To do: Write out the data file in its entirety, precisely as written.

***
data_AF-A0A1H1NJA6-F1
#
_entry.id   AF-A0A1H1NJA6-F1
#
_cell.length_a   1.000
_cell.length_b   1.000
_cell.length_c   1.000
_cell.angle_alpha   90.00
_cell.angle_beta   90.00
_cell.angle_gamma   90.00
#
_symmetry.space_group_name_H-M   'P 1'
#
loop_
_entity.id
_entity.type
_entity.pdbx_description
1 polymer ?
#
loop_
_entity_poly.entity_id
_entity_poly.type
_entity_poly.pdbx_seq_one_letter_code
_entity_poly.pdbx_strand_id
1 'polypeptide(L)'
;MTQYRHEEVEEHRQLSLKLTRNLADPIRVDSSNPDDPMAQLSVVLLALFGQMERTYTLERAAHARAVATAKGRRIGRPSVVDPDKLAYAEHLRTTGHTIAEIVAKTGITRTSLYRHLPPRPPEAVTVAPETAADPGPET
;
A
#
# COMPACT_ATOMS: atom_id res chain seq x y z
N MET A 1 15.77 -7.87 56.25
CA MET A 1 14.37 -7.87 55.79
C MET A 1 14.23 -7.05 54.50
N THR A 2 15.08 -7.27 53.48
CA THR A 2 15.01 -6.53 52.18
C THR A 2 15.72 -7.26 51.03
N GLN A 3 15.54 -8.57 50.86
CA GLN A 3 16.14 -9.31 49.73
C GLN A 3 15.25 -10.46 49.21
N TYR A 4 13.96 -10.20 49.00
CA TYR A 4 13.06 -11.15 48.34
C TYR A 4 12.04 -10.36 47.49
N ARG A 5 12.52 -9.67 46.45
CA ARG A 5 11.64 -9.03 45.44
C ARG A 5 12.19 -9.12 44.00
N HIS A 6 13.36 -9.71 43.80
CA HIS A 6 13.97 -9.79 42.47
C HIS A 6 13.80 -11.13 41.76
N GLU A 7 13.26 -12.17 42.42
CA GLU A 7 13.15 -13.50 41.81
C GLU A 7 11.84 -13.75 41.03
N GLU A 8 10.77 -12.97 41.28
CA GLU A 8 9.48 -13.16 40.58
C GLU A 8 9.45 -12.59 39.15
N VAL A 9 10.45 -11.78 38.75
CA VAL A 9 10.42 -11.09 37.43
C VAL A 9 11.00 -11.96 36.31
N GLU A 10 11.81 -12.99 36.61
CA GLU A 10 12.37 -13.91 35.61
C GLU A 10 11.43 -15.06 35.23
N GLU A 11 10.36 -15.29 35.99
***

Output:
data_AF-A0A1H1NJA6-F1
#
_entry.id   AF-A0A1H1NJA6-F1
#
_cell.length_a   1.000
_cell.length_b   1.000
_cell.length_c   1.000
_cell.angle_alpha   90.00
_cell.angle_beta   90.00
_cell.angle_gamma   90.00
#
_symmetry.space_group_name_H-M   'P 1'
#
loop_
_entity.id
_entity.type
_entity.pdbx_description
1 polymer ?
#
loop_
_entity_poly.entity_id
_entity_poly.type
_entity_poly.pdbx_seq_one_letter_code
_entity_poly.pdbx_strand_id
1 'polypeptide(L)'
;MTQYRHEEVEEHRQLSLKLTRNLADPIRVDSSNPDDPMAQLSVVLLALFGQMERTYTLERAAHARAVATAKGRRIGRPSVVDPDKLAYAEHLRTTGHTIAEIVAKTGITRTSLYRHLPPRPPEAVTVAPETAADPGPET
;
A
#
# COMPACT_ATOMS: atom_id res chain seq x y z
N MET A 1 15.77 -7.87 56.25
CA MET A 1 14.37 -7.87 55.79
C MET A 1 14.23 -7.05 54.50
N THR A 2 15.08 -7.27 53.48
CA THR A 2 15.01 -6.53 52.18
C THR A 2 15.72 -7.26 51.03
N GLN A 3 15.54 -8.57 50.86
CA GLN A 3 16.14 -9.31 49.73
C GLN A 3 15.25 -10.46 49.21
N TYR A 4 13.96 -10.20 49.00
CA TYR A 4 13.06 -11.15 48.34
C TYR A 4 12.04 -10.36 47.49
N ARG A 5 12.52 -9.67 46.45
CA ARG A 5 11.64 -9.03 45.44
C ARG A 5 12.19 -9.12 44.00
N HIS A 6 13.36 -9.71 43.80
CA HIS A 6 13.97 -9.79 42.47
C HIS A 6 13.80 -11.13 41.76
N GLU A 7 13.26 -12.17 42.42
CA GLU A 7 13.15 -13.50 41.81
C GLU A 7 11.84 -13.75 41.03
N GLU A 8 10.77 -12.97 41.28
CA GLU A 8 9.48 -13.16 40.58
C GLU A 8 9.45 -12.59 39.15
N VAL A 9 10.45 -11.78 38.75
CA VAL A 9 10.42 -11.09 37.43
C VAL A 9 11.00 -11.96 36.31
N GLU A 10 11.81 -12.99 36.61
CA GLU A 10 12.37 -13.91 35.61
C GLU A 10 11.43 -15.06 35.23
N GLU A 11 10.36 -15.29 35.99